Aside from being physically and sexually abused, my mom was a Narcissist and she loved playing psychological games with me to punish me. This has left me with permanent scars, even as an adult.

    During the course of my childhood I was gifted with multiple concussions. This left me with the inability to control my emotions and I need to take medication everyday to keep me from verbally ripping people’s heads off. That is NOT an exaggeration. I have other problems as a result of the concussions as well.

    To add to the mix, I have Asperger’s. Contrary to popular belief it is NOT a disorder or disability.

    “But wait a minute! It’s listed as a disorder in the DSM-5. Look at all those research scientists who’ve studied it. They’ve even studied the brain wave patterns of those with Asperger’s and they are definitely different than that of us beautiful, normal, perfect people. How can you say it’s not a disorder?”

    Very easily. First, every one of these research scientists who’ve studied the brains of those with Asperger’s – are you ready for this? – They aren’t on the spectrum! What do they know? They don’t know the first thing about what it’s like.

    Oh, yeah…..regarding those brain waves? Let’s take someone who’s left-handed. Did you know that the brain waves of those who are left-handed are different? Do you know why? The difference in brain activity has NOTHING to do with having a disorder. It simply means that the brain is overcompensating for living in a world where 90% of the population is right-handed. The world is made for right-handers. I’m left-handed myself. My brain is simply working overtime to help me. This is all done subconsciously of course. So, in light of that, should left-handers be labeled as disabled? What do you think?

    As someone with Asperger’s, it’s the same thing. My brain is simply working overtime, behind the scenes, to help me in a world that’s set up for you beautiful, normal, perfect people. My brain activity is going to be different than that of 90% of the population.

    “Okay, then if you say that Asperger’s isn’t a disorder, why bring it up in relation to your childhood?”

    Simple. Those of us on the spectrum – no matter where on the spectrum we are – deal with sensory overload everyday of our lives. Our senses are magnified exponentially. This meant for me that all the abuse I received as a child, and that started in my infancy, made it especially traumatic for me. Throughout my childhood I felt as if I were on the edge of insanity.

    I mention all of this to point out that when I finally left home, how do you think I appeared to others? When I say I would have gotten more care and love if I had been raised by a pack of wolves, I’m not too far off. I was horribly bullied all through school and when I left home, because I acted so differently, I continued to be bullied by other adults. There were even a couple of times when I was beaten and spit on – by adults. I feel as if I’ve been surrounded by 5th graders my whole life.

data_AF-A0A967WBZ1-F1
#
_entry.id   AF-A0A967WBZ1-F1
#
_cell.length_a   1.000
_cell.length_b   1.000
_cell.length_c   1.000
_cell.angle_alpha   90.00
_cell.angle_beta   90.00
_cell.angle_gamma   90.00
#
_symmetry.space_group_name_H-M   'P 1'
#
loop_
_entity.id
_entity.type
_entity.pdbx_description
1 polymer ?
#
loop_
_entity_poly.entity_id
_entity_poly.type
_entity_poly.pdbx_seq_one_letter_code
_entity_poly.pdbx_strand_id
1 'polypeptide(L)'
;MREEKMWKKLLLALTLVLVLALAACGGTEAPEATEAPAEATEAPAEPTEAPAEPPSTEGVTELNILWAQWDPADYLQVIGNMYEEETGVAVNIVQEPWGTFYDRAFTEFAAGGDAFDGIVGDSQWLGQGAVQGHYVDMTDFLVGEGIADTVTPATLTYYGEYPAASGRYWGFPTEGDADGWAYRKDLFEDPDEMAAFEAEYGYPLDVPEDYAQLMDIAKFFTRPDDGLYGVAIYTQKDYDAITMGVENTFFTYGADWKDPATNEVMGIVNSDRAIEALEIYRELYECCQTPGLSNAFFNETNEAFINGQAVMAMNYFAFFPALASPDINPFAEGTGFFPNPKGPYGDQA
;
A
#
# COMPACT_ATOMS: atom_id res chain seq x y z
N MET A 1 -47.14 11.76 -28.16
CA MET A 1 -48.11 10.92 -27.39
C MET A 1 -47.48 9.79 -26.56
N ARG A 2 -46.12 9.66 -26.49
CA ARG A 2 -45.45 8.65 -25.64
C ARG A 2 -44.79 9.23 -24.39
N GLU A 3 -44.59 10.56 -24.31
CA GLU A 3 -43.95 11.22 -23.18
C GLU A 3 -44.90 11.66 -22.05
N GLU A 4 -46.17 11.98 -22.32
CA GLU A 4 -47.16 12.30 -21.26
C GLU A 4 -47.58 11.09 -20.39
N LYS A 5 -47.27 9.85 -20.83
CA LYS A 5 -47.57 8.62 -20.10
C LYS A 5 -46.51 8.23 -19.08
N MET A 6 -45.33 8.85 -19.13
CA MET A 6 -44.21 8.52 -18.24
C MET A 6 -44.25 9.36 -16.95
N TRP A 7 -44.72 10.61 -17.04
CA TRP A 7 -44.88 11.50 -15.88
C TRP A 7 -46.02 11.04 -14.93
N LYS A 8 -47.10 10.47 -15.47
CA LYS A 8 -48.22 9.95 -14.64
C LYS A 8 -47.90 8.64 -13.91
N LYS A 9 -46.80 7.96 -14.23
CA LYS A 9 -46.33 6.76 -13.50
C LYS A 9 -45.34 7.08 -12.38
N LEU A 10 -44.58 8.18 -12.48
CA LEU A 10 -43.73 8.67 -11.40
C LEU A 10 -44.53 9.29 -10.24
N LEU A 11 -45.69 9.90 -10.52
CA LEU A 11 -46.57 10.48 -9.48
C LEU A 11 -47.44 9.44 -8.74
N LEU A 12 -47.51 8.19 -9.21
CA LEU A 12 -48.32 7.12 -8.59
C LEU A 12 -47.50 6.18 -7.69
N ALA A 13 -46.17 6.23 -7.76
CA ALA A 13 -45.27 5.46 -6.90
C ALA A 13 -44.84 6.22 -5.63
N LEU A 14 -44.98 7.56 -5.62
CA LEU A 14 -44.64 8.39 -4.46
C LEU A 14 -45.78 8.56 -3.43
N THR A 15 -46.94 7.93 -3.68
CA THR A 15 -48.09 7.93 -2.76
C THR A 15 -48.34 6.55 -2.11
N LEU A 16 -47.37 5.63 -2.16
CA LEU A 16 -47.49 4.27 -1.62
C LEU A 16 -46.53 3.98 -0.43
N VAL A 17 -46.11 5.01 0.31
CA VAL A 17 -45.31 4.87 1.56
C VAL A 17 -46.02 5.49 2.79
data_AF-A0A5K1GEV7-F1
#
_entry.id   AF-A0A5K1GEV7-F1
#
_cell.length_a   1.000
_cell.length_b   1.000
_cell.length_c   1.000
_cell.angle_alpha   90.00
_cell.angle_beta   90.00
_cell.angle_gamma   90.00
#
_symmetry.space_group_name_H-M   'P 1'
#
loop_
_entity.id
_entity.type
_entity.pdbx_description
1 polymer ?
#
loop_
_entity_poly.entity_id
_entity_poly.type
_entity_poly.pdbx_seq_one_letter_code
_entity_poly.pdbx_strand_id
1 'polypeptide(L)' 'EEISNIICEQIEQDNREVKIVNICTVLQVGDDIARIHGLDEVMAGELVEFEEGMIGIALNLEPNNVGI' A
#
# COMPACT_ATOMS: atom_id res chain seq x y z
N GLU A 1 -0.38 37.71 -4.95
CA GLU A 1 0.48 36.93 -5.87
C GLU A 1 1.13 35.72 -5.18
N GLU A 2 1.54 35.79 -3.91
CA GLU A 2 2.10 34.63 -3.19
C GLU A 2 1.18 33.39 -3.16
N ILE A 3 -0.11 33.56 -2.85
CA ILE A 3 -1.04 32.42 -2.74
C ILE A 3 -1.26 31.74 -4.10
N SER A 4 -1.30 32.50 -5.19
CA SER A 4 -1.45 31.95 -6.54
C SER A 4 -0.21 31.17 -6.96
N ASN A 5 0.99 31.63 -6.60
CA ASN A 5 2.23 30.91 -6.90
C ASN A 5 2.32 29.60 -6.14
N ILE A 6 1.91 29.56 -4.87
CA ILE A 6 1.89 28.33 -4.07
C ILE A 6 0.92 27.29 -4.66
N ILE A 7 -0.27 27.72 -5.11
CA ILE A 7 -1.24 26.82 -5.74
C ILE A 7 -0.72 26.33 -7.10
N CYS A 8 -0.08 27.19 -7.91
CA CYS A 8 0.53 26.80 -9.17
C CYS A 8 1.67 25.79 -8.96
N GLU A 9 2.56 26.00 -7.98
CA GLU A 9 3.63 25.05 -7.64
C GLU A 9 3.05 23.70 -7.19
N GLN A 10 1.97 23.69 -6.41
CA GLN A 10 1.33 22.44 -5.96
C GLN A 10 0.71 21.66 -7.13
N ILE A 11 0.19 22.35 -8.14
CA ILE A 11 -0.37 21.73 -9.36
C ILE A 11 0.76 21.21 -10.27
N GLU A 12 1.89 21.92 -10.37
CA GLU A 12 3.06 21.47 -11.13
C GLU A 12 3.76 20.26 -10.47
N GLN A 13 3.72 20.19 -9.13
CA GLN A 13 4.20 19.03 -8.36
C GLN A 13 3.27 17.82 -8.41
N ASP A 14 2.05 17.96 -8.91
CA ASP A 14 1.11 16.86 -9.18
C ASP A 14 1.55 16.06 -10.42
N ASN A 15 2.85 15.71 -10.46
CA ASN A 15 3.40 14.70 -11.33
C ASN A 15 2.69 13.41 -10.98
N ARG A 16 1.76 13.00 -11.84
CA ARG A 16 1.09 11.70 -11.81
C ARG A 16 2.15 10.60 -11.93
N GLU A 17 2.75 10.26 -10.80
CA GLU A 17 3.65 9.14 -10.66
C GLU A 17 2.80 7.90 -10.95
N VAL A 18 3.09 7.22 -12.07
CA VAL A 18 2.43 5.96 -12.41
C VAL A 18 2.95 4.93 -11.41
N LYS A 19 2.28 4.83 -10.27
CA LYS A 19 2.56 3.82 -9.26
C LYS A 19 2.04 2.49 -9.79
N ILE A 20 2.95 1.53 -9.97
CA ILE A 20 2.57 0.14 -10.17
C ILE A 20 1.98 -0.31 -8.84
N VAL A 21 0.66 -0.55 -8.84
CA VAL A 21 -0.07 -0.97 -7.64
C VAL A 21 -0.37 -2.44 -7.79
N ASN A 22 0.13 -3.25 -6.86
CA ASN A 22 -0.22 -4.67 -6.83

Now, I mention ALL of this to say this: Because of the abuse and the concussions – which, by the way, had changed my personality for the worst – has never endeared me to people. People have never really liked me. And, let’s not forget the Asperger’s. That turns people off and I’m avoided because of it. You don’t want to catch my cooties.

    So, I started this blog. Why? Because of all of the above, I don’t attract people. I have this voice and no one wants to hear it. Am I wasting my time? Probably. I could speak and write with all the reasoning in the world, but no one wants to hear it because it’s coming from a weirdo. On the other hand, someone who is beautiful, normal and perfect who speaks and writes idiocy, most will gladly hear and read it. After all, they aren’t weirdos, right?

    It makes me sad, but this is what I’ve lived with my entire life. I think people are weird. I’m glad I’m not a people.

    Liked by 2 people

    1. I remember my mum, who was left-handed, telling us how her teacher used to rap the hand with a ruler whenever she wrote or drew with her left hand. Fortunately, my left-handed son found that things have moved on since then. When I had my dyslexic daughter assessed at the point of sitting her GCSEs at the age of 15 (dyslexia wasn’t recognised by our education authority back then) she said to me, ‘I am glad I’m dyslexic, Mum. I thought I was thick.’